Notre Dame Sociologist to Present Home Mortgage Lending Lecture
SIOUX FALLS - Dr. Richard A. Williams, Associate Professor of Sociology at the University of Notre Dame, will present a lecture titled “Racial, Economic, and Institutional Disparities in Home Mortgage Lending” at 7:00 p.m. on Thursday, November 5, in the Morrison Commons 3-in1 room.
The talk, which is free and open to the public, is sponsored by the University of Notre Dame’s Alumni Association, Augustana’s Office of Academic Affairs, the Department of Sociology, and the Notre Dame Club of South Dakota. Refreshments will be served following the lecture.
Williams is a former chairman of the Department of Sociology at the University of Notre Dame. He received his Ph.D. from the University of Wisconsin in 1986. His publications have appeared in the American Sociological Review, Social Problems, Demography, Journal of Urban Affairs, Sociology of Education, Journal of Marriage and the Family, Sociological Methods and Research, and Cityscape.
With the assistance of grants from the Department of Housing and Urban Development and the National Science Foundation, this research has gradually evolved from a small community service project into studies of St. Joseph County, the state of Indiana, and, most recently, the entire nation. Williams received the University of Notre Dame’s 2003 Rodney F. Ganey, Ph.D. Faculty Community-Based Research Award for his research. As the lecture title suggests, Dr. Williams’ current research centers on investigating racial, economic, and institutional disparities in home mortgage lending.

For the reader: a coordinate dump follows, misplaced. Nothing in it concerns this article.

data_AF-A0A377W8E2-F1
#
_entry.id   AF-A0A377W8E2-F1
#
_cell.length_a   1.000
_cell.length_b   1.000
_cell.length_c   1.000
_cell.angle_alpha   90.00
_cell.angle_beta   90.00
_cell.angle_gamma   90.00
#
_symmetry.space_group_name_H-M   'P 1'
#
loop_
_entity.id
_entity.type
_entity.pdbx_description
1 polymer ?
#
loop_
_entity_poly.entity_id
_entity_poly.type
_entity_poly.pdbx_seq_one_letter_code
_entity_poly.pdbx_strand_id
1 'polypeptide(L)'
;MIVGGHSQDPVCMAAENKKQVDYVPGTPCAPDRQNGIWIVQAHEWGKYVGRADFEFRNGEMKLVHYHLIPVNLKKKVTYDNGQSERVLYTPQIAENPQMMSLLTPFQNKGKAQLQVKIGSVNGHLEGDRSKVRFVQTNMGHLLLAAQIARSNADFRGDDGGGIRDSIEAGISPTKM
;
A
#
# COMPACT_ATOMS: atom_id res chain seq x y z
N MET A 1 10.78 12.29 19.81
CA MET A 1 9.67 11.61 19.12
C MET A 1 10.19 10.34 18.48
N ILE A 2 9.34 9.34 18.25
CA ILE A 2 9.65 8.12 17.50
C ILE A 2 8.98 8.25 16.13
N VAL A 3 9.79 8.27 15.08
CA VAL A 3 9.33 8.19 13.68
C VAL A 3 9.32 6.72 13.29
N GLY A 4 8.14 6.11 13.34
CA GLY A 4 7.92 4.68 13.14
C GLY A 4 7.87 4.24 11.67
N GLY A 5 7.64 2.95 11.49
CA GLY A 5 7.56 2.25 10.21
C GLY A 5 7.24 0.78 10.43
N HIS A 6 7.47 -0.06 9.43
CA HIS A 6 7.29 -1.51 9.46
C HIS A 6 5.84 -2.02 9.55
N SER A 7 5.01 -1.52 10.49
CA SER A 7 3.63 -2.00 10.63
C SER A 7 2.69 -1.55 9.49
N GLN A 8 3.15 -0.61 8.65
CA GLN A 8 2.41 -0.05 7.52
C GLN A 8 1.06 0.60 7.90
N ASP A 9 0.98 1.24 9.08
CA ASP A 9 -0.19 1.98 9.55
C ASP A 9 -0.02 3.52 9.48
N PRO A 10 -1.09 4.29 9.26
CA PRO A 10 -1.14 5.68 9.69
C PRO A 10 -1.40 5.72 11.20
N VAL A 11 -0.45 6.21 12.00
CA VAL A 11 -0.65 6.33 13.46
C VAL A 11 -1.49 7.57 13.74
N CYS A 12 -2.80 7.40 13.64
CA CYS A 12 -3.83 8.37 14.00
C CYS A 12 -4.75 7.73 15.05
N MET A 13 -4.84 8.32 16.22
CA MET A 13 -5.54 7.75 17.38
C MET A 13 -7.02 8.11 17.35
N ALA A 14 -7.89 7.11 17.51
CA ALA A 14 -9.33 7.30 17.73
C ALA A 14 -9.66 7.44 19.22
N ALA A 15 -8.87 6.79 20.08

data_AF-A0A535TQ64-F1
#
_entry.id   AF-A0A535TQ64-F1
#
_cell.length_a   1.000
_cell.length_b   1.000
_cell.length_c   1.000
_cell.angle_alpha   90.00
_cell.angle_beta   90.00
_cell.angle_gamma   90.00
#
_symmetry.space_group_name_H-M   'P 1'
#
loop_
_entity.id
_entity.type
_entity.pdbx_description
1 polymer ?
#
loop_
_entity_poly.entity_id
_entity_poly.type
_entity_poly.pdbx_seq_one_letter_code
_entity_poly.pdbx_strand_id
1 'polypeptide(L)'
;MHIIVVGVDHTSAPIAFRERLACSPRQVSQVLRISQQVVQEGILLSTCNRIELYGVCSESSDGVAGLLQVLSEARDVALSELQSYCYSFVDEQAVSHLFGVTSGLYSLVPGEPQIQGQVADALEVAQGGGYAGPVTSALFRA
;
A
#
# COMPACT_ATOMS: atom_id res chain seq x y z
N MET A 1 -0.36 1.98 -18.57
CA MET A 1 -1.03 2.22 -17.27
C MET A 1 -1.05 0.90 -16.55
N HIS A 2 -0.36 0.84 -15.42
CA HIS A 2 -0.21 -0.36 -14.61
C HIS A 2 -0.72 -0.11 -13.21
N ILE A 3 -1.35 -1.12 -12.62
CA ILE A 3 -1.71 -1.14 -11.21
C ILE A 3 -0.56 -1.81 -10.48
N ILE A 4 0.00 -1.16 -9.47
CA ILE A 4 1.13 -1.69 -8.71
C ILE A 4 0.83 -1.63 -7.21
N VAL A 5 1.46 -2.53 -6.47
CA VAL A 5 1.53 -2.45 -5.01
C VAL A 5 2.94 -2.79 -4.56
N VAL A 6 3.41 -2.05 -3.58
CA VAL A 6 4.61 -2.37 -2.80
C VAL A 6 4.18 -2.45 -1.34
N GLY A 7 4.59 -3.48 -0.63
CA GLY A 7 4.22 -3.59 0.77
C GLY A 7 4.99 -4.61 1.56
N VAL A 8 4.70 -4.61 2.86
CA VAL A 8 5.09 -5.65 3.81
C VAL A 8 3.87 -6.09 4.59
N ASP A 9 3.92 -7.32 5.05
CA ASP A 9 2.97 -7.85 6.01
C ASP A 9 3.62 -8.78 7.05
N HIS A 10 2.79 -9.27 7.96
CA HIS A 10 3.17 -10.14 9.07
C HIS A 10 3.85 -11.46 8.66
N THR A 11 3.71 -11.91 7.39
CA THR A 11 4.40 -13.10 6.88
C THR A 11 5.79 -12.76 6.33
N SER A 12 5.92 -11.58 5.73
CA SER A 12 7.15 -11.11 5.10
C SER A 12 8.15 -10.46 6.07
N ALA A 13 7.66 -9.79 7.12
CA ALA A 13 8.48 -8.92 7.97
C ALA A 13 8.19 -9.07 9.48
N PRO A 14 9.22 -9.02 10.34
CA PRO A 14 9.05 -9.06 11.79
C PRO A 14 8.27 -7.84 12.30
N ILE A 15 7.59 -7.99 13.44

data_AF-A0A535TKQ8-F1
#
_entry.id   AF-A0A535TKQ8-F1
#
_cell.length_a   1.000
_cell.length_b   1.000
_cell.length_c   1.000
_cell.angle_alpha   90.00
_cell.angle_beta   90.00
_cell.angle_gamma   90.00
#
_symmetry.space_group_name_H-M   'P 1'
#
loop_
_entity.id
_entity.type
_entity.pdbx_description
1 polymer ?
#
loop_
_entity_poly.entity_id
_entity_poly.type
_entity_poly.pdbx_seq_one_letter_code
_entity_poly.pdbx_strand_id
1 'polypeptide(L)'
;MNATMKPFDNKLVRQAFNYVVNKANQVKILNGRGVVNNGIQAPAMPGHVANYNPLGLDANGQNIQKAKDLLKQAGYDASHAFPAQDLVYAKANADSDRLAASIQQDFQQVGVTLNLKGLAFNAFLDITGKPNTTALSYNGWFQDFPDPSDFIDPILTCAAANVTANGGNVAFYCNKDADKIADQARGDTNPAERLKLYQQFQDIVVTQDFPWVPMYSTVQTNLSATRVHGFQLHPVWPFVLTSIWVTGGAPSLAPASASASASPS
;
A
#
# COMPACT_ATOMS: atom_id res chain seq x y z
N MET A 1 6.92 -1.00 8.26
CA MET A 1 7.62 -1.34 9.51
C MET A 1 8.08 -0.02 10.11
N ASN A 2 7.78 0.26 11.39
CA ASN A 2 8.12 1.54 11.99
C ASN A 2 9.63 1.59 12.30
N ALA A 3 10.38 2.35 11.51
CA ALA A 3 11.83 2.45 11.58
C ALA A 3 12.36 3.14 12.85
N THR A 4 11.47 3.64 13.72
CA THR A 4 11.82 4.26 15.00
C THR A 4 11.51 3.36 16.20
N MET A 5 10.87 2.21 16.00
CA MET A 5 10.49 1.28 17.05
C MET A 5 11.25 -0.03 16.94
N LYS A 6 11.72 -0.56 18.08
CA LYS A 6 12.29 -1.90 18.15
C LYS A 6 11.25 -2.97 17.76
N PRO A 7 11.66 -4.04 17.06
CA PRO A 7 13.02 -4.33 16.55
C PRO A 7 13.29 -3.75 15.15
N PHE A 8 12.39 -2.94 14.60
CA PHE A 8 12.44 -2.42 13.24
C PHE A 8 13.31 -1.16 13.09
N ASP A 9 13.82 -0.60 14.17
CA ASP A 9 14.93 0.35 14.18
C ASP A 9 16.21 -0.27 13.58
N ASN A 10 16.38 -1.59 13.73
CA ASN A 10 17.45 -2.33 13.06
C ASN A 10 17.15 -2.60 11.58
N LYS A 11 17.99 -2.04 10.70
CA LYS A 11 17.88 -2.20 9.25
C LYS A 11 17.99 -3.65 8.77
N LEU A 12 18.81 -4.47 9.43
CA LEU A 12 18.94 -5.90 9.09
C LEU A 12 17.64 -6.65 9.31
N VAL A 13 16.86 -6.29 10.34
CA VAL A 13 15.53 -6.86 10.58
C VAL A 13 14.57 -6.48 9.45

Although the recent increase in foreclosures has refocused public interest on housing issues, American homeownership has long been characterized by racial, ethnic, and geographic inequality. Inequality in home ownership, in turn, has contributed to racial and class segregation and inequality in other aspects of American life. For several years, Williams has been examining the causes of this inequality. In particular, he analyzes how characteristics of financial institutions and government policies affect lending to low income and minority markets.
Dr. Williams’s lecture is a presentation of the Notre Dame Alumni Association’s Hesburgh Alumni Lecture Series. Offered each year through Notre Dame’s network of more than 200 alumni clubs, the Hesburgh Lectures are delivered by Notre Dame faculty members nominated by their colleagues and the deans of the University’s colleges and law school. The series is named for Rev. Theodore Hesburgh, C.S.C., and President Emeritus of Notre Dame.
Associate Professor of Economics